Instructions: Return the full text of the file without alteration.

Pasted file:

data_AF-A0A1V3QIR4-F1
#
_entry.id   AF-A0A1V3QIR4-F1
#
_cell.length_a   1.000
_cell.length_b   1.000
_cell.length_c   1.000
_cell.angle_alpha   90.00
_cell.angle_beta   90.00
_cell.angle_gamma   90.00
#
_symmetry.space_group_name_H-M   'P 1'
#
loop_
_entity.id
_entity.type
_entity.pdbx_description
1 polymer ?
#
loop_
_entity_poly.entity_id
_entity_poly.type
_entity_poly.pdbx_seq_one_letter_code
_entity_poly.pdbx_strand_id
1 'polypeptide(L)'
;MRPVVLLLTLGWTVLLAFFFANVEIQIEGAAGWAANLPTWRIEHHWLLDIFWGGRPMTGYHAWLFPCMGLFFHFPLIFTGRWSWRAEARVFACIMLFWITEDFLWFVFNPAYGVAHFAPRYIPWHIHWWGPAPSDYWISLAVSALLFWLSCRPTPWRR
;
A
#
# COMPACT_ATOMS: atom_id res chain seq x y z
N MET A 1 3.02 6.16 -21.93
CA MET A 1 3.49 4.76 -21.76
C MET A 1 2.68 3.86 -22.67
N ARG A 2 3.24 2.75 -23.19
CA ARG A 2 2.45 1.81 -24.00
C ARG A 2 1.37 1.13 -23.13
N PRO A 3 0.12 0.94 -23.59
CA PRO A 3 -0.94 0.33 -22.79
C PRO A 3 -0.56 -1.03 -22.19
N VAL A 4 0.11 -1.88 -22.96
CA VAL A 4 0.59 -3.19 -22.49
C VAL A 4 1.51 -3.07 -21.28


data_AF-A0A1V3QIR4-F1
#
_entry.id   AF-A0A1V3QIR4-F1
#
_cell.length_a   1.000
_cell.length_b   1.000
_cell.length_c   1.000
_cell.angle_alpha   90.00
_cell.angle_beta   90.00
_cell.angle_gamma   90.00
#
_symmetry.space_group_name_H-M   'P 1'
#
loop_
_entity.id
_entity.type
_entity.pdbx_description
1 polymer ?
#
loop_
_entity_poly.entity_id
_entity_poly.type
_entity_poly.pdbx_seq_one_letter_code
_entity_poly.pdbx_strand_id
1 'polypeptide(L)'
;MRPVVLLLTLGWTVLLAFFFANVEIQIEGAAGWAANLPTWRIEHHWLLDIFWGGRPMTGYHAWLFPCMGLFFHFPLIFTGRWSWRAEARVFACIMLFWITEDFLWFVFNPAYGVAHFAPRYIPWHIHWWGPAPSDYWISLAVSALLFWLSCRPTPWRR
;
A
#
# COMPACT_ATOMS: atom_id res chain seq x y z
N MET A 1 3.02 6.16 -21.93
CA MET A 1 3.49 4.76 -21.76
C MET A 1 2.68 3.86 -22.67
N ARG A 2 3.24 2.75 -23.19
CA ARG A 2 2.45 1.81 -24.00
C ARG A 2 1.37 1.13 -23.13
N PRO A 3 0.12 0.94 -23.59
CA PRO A 3 -0.94 0.33 -22.79
C PRO A 3 -0.56 -1.03 -22.19
N VAL A 4 0.11 -1.88 -22.96
CA VAL A 4 0.59 -3.19 -22.49
C VAL A 4 1.51 -3.07 -21.28